Of the 658 employees of investment bank Cantor Fitzgerald who perished when American Airlines Flight 11 plowed into the north tower of New York's World Trade Center, 180 worked for Cantor's technology subsidiary, ESpeed. The deceased included ESpeed president and chief operating officer Frederick Varacchi, vice chairman Douglas Gardner and several other top managers.
"I wasn't in the office that morning," says Joseph Noviello, a seven-year veteran of Cantor Fitzgerald who at the time was chief technology officer of ESpeed. "As luck would have it, I was scheduled to join a couple of colleagues on an annual fishing trip."
Luck, indeed: Noviello is the man most responsible for building and maintaining ESpeed's high-tech trading infrastructure, with telecommunications links to 650 financial institutions around the world.
Varacchi had leaned heavily on Noviello. "We couldn't do what we do without him," Varacchi said in a November 2000 interview with Institutional Investor. In October Cantor chairman Howard Lutnick effectively seconded that endorsement, elevating Noviello to executive vice president and chief information officer. "It is because of Joe that the company's technology, globally, never went down," says Lutnick, who is also chairman, president and CEO of ESpeed. "Imagine - it's 9:00 a.m. on a Tuesday and all of your friends have just been killed. Despite all of that, Joe worked nonstop for the next week or so."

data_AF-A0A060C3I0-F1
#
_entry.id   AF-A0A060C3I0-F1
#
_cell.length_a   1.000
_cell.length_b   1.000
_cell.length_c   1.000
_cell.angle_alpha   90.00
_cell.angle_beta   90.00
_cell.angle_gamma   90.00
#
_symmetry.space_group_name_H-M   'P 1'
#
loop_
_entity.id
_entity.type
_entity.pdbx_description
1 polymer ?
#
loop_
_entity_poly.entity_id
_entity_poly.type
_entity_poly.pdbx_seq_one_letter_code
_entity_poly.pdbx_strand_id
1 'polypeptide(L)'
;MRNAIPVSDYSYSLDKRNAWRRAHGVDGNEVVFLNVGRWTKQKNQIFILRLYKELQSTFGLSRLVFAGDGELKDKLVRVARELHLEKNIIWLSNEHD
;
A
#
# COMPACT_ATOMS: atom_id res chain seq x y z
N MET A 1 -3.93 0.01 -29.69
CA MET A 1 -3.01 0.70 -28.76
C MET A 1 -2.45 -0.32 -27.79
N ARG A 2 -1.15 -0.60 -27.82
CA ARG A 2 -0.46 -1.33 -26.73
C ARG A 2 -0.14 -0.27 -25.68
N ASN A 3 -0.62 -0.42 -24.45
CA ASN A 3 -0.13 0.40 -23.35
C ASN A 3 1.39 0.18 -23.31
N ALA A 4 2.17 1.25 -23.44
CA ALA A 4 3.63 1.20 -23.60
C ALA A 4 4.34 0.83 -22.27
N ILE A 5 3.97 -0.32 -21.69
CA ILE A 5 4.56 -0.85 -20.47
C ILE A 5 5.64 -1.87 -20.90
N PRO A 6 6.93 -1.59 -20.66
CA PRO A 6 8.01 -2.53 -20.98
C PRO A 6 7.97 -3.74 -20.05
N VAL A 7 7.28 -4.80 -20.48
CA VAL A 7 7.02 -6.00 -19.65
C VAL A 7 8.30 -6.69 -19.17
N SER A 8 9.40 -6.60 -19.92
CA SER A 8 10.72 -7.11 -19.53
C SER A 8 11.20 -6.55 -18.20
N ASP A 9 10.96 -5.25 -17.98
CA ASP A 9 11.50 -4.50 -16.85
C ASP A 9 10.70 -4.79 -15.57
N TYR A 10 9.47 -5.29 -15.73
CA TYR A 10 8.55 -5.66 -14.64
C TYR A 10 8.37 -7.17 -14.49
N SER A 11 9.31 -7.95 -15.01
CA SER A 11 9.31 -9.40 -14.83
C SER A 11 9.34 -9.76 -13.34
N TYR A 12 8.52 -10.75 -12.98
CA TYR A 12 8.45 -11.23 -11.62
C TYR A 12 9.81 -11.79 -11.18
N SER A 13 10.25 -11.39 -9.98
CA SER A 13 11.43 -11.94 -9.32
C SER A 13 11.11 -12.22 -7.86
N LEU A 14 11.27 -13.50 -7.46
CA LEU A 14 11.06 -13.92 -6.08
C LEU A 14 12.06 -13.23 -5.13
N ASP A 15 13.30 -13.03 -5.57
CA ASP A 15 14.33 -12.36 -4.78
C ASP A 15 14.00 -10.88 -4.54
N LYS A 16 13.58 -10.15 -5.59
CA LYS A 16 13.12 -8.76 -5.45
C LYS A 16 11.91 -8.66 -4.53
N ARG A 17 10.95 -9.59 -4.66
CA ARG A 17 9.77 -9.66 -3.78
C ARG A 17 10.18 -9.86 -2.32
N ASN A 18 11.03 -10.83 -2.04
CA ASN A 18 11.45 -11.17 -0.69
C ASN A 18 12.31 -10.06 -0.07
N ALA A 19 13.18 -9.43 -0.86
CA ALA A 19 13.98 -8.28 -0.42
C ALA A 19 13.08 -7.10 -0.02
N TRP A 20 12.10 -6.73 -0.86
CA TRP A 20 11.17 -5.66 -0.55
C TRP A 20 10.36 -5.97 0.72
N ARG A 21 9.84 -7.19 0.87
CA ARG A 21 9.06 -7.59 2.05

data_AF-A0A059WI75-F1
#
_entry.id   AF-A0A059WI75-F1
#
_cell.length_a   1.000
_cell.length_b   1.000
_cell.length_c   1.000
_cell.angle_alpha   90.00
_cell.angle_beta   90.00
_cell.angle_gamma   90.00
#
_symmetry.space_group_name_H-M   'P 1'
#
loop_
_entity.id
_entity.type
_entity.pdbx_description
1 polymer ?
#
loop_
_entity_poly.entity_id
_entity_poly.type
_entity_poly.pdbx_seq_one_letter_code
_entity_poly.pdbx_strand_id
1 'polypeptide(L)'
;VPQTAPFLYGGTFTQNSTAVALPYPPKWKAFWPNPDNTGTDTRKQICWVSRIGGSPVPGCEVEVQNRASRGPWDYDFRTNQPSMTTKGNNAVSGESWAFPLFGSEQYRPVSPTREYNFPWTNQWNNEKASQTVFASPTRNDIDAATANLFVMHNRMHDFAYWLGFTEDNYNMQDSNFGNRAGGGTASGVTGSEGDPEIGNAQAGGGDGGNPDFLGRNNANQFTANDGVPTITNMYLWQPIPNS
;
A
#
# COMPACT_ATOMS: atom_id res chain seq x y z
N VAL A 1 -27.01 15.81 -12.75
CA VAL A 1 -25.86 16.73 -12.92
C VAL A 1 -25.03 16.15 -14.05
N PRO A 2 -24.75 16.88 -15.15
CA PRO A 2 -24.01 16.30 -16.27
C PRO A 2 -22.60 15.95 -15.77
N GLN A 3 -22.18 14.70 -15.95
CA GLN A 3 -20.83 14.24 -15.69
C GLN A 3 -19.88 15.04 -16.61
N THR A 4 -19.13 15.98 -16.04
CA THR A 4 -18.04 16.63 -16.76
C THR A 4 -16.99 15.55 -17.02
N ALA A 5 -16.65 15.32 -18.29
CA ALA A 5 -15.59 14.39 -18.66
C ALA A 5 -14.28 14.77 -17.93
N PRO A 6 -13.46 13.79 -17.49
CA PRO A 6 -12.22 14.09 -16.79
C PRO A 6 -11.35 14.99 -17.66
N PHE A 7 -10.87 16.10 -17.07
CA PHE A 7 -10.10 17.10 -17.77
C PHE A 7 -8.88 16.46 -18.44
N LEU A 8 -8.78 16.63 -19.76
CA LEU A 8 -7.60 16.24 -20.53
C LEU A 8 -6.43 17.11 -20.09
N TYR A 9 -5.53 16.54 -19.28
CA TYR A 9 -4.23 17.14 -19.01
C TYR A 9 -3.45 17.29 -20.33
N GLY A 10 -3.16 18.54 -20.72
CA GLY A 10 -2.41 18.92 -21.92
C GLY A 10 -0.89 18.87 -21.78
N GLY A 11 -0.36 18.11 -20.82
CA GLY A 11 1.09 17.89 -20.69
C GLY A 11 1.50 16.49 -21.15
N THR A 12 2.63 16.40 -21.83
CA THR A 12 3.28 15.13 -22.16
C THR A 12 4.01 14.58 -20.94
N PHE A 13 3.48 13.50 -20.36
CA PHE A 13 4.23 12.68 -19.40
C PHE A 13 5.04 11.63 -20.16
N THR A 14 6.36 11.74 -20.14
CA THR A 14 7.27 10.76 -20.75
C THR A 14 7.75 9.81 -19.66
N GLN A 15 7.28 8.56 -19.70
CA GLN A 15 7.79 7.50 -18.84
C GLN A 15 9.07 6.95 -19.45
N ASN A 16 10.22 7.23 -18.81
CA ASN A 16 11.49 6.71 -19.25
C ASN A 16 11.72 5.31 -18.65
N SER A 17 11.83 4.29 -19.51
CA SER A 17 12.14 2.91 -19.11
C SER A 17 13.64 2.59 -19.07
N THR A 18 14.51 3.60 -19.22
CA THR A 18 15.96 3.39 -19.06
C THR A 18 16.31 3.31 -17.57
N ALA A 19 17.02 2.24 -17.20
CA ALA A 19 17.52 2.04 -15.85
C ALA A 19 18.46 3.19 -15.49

Now the rest of Cantor's technology team, and by extension the 306 ESpeed employees in the U.S. and U.K., report to Noviello, who came to Cantor in 1995 from market data systems vendor Micrognosis, where he had been vice president of product development.
Noviello, working out of the Rochelle Park, New Jersey, data center that has become the hub of ESpeed's operations, trumpets the fact that the company took only 47 hours to return to operational readiness - in time to help assure the smooth resumption of trading in U.S. Treasury securities, Cantor Fitzgerald's principal activity, on September 13.
"It's a great testament to everyone on the team to recover from such an event, to stay in the ring and keep fighting," says the 35-year-old CIO. But, he adds, the attack took an immeasurable toll: "We lost a lot of intellectual knowledge, inspiration and passion."
ESpeed's financial performance however, is eminently measurable: It is a publicly traded company, still 52 percent-controlled by Cantor. With a 5 percent revenue increase in the fourth quarter, to $28.1 million, ESpeed posted its first quarterly net profit - $7.8 million - and it is projecting $22 million to $26 million of operating profits this year. Its stock price, recently about $9.50, is well below its February 2001 peak of $34.75 but up from its $4.60 nadir in October.